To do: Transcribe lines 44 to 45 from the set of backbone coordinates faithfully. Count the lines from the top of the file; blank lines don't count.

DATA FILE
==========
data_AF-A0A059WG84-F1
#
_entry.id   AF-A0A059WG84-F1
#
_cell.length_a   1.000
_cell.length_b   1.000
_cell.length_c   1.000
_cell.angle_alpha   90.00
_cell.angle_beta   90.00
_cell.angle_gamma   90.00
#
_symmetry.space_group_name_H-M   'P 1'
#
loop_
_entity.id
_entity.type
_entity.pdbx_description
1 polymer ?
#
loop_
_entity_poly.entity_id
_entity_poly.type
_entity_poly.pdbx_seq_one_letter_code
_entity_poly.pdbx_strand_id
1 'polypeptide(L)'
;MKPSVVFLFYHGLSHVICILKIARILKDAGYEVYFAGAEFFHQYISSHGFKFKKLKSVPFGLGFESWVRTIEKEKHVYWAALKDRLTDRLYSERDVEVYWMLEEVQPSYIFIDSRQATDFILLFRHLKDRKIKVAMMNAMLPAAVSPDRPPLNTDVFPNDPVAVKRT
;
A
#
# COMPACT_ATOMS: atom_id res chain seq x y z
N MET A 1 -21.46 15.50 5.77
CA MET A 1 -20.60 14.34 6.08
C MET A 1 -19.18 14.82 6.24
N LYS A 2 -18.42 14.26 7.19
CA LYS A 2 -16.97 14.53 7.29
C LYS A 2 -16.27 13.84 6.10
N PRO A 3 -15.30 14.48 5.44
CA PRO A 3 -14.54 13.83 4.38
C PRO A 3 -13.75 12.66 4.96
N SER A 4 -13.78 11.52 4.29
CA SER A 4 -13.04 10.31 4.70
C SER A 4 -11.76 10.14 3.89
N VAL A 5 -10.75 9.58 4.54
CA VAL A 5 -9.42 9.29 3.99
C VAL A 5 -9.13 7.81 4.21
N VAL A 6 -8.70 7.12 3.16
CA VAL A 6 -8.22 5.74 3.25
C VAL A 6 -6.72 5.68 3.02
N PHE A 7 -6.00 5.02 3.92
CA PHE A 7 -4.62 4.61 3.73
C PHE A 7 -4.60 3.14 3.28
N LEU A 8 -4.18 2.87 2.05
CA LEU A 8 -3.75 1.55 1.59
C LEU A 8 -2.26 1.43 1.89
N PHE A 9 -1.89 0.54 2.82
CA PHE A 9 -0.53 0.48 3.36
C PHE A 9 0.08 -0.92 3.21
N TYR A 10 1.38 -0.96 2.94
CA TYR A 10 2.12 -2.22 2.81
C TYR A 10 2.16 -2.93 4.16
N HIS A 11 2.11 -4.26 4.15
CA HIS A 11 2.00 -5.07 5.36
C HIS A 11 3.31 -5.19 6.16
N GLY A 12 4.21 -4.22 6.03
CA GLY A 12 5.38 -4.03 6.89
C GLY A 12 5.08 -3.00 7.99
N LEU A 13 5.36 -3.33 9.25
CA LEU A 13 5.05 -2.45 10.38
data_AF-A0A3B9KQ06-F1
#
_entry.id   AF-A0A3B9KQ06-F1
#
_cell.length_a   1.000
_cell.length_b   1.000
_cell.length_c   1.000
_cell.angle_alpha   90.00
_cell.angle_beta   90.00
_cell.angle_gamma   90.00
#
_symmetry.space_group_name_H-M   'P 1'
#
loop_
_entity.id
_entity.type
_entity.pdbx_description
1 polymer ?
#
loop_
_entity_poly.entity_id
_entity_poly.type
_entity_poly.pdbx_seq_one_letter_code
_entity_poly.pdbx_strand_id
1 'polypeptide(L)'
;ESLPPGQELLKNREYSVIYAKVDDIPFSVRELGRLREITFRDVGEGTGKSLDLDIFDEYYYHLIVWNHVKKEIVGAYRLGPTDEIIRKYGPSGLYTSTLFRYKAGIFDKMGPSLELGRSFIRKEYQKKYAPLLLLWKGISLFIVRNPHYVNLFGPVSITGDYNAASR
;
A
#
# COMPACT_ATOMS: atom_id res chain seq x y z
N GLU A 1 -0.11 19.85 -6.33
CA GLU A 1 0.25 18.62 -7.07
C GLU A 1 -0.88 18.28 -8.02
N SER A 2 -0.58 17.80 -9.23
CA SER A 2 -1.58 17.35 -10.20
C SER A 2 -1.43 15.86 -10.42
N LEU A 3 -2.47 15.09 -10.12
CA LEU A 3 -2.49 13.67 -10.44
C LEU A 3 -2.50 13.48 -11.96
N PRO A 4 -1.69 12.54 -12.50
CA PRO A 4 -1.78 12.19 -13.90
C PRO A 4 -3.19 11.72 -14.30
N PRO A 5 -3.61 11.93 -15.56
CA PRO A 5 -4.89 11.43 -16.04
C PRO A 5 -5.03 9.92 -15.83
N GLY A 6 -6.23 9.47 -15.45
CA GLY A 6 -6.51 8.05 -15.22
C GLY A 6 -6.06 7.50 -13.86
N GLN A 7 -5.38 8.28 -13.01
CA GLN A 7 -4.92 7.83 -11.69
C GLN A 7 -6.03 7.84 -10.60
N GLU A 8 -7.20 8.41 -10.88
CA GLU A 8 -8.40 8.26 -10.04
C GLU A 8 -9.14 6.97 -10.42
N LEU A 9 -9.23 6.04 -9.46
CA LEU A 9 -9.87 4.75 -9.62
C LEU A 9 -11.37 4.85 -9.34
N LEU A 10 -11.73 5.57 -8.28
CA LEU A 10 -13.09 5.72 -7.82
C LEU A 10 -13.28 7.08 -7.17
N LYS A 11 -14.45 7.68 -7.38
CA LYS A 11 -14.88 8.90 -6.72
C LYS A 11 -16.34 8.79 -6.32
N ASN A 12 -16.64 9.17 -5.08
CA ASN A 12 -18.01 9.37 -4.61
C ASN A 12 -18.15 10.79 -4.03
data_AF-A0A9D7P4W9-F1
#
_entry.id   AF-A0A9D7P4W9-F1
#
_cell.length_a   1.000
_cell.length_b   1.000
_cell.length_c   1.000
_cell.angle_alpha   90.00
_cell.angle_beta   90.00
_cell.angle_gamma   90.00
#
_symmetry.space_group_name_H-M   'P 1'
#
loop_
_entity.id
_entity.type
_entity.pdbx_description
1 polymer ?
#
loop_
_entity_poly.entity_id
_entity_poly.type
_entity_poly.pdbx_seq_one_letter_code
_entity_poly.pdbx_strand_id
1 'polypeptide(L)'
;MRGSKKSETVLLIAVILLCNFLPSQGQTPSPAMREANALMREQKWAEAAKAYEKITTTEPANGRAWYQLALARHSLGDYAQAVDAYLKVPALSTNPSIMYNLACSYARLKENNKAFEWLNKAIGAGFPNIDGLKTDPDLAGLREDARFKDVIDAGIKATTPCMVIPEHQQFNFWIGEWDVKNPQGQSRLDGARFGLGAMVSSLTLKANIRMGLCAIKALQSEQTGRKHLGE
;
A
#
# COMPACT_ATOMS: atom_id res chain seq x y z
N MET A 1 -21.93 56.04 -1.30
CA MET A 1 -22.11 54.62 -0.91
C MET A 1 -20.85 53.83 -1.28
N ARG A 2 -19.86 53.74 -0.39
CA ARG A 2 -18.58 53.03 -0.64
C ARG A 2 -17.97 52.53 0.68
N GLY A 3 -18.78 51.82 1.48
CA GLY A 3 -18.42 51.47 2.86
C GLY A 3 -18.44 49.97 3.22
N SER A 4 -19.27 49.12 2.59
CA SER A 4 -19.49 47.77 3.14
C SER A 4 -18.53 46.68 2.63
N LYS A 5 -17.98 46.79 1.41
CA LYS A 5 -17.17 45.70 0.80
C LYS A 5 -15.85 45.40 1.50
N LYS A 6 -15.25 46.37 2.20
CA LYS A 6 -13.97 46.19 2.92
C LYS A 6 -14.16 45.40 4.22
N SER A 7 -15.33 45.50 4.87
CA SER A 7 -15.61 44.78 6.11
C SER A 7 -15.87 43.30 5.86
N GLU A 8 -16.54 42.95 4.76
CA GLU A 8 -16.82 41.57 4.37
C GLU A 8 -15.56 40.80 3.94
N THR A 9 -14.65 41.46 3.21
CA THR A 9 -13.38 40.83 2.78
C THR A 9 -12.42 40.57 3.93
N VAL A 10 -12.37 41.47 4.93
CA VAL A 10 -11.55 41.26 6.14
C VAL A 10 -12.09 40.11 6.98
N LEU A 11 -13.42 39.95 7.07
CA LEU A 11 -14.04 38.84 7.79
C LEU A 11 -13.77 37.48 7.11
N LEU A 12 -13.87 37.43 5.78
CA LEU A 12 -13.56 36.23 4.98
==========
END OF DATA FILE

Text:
CA VAL A 5 -9.42 9.29 3.99
C VAL A 5 -9.13 7.81 4.21